Alison Morgan spent about a month in UAB Hospital after a taking a weekend RV trip to the hayfields of Auburn for the Saturday's Iron Ball.
On Friday of Talladega 500 weekend Alison, 38 yrs. old, went to sleep with her husband in an RV and woke up 10 days later in the Birmingham hospital.
Her husband, Craig, 46 yrs. old, never woke up. He died that racing weekend, Saturday, Oct. 19, from carbon monoxide poisoning, the same thing that nearly killed Alison. It is believed to have come from a leaking RV generator exhaust system.
Alison Morgan survived miraculously and she attributes it to a heroic last minute decision by doctors to try something different as her organs failed, and she slipped closer to death. Dr. Enrique Diaz hooked Alison up to an extracorporeal membrane oxygenation (ECMO) machine that gave her organs a rest, allowing them to recover while the carbon monoxide is removed from the blood. ECMO provided oxygen and blood flow and it worked.
Alison woke up and went back home to her 4-year-old daughter Carly who after losing her father needs her mom now more than ever. She hopes her experience will draw awareness to safety regarding carbon monoxide, often called the silent killer (Please review the RV carbon monoxide safety tips below). She also hopes that the awareness will help other critical victims of carbon monoxide poisoning get helped with the kind of treatment that helped her.
CO poisoning is conventionally treated by breathing in pure oxygen. This treatment increases oxygen levels in the blood and helps remove CO from the blood. Sometimes the patients placed into a pressurized oxygen chamber (also known as a hyperbaric oxygen chamber).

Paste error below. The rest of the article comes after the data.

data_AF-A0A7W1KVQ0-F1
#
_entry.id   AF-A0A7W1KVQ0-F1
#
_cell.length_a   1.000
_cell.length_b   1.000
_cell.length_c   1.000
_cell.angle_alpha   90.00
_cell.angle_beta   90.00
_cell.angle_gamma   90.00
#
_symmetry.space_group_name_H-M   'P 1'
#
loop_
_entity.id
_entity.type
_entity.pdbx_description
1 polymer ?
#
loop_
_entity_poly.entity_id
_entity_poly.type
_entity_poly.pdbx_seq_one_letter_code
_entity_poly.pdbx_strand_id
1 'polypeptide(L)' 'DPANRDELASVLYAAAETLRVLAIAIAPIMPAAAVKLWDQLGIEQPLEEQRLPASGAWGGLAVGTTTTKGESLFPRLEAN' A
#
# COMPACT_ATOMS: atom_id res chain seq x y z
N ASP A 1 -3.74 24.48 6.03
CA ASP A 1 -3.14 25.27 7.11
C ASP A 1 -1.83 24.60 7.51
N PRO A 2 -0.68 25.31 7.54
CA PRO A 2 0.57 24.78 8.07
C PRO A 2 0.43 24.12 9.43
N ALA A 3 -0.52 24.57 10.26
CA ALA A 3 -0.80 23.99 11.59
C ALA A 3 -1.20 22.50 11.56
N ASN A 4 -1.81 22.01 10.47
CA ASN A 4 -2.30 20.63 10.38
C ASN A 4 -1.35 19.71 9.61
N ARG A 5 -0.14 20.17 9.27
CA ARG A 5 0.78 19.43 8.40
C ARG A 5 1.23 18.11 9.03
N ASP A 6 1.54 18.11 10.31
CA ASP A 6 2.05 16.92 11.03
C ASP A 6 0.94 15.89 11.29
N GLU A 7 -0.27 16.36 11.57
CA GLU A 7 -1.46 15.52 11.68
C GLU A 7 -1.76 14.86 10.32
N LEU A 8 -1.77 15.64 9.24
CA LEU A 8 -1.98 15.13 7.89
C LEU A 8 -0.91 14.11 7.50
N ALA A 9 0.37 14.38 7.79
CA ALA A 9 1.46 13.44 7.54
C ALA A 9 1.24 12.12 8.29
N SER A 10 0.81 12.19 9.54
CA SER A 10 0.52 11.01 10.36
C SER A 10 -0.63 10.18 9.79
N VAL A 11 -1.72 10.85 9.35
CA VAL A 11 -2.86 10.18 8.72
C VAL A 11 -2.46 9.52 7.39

One of the major concerns following acute carbon monoxide poisoning is the severe delayed neurological manifestations that may occur in up to 50% of poisoned people after 2 to 40 days.
Carbon monoxide poisoning is still the leading cause of accidental deaths in America. To prevent carbon monoxide poisoning American Ventilation Control Systems recommends a RV certified Quantum Guardian® Carbon Monoxide Detector (CO Alarm) designed specifically for RV or residential use. Quantum Guardian® is an equivalent to COSTAR® Model 9RV. To purchase Quantum Guardian® Carbon Monoxide RV Detector go to www.costar24vce.com or learn more about other products we offer at www.avcsystems.us
RV Safety Tips
• Always have a RV certified carbon monoxide detector installed to warn you in case there is carbon monoxide present.
• Make sure the detector is less than 6 years old.
• Test your detector's alarm signal with a test button.
• Make sure your detector has working batteries.
• Inspect your RV's chassis and generator exhaust system regularly.
• Inspect the RV for openings in the floor and sidewalls (seal any holes with silicone adhesive or have it repaired before using your generator again).
• Inspect windows, door seals, and weather strips for effective seal
• Yellow flames in propane-burning appliances (coach heaters, stoves, ovens, water heaters, etc.) indicate a lack of oxygen. Determine the cause and correct it immediately.
• Never operate your generator if the exhaust system is damaged in any way.
• Do not park next to high grass or weeds, buildings, or other obstructions. Park your RV so that the exhaust can easily dissipate away from the vehicle.
• Be aware that shifting winds can cause exhaust to blow away from the coach at one moment, but under the coach in the next moment.
• Be aware of other vehicles around you that may have engines, refrigerators, or generators running. If you are parked for a long time carbon monoxide can enter your RV from a different vehicle.
• Never sleep with the generator operating.
• Leave a roof vent open any time the generator is running (even during winter).
• If you do not feel well, shut off the generator and step outside for fresh air. Many of carbon monoxide poisoning cases go misdiagnosed because the symptoms are very similar to regular flu.
• Have your built-in vacuum cleaner inspected to ensure that it does not exhaust on the underside of your RV.
• Park at "no generator" zone at RV events you attend.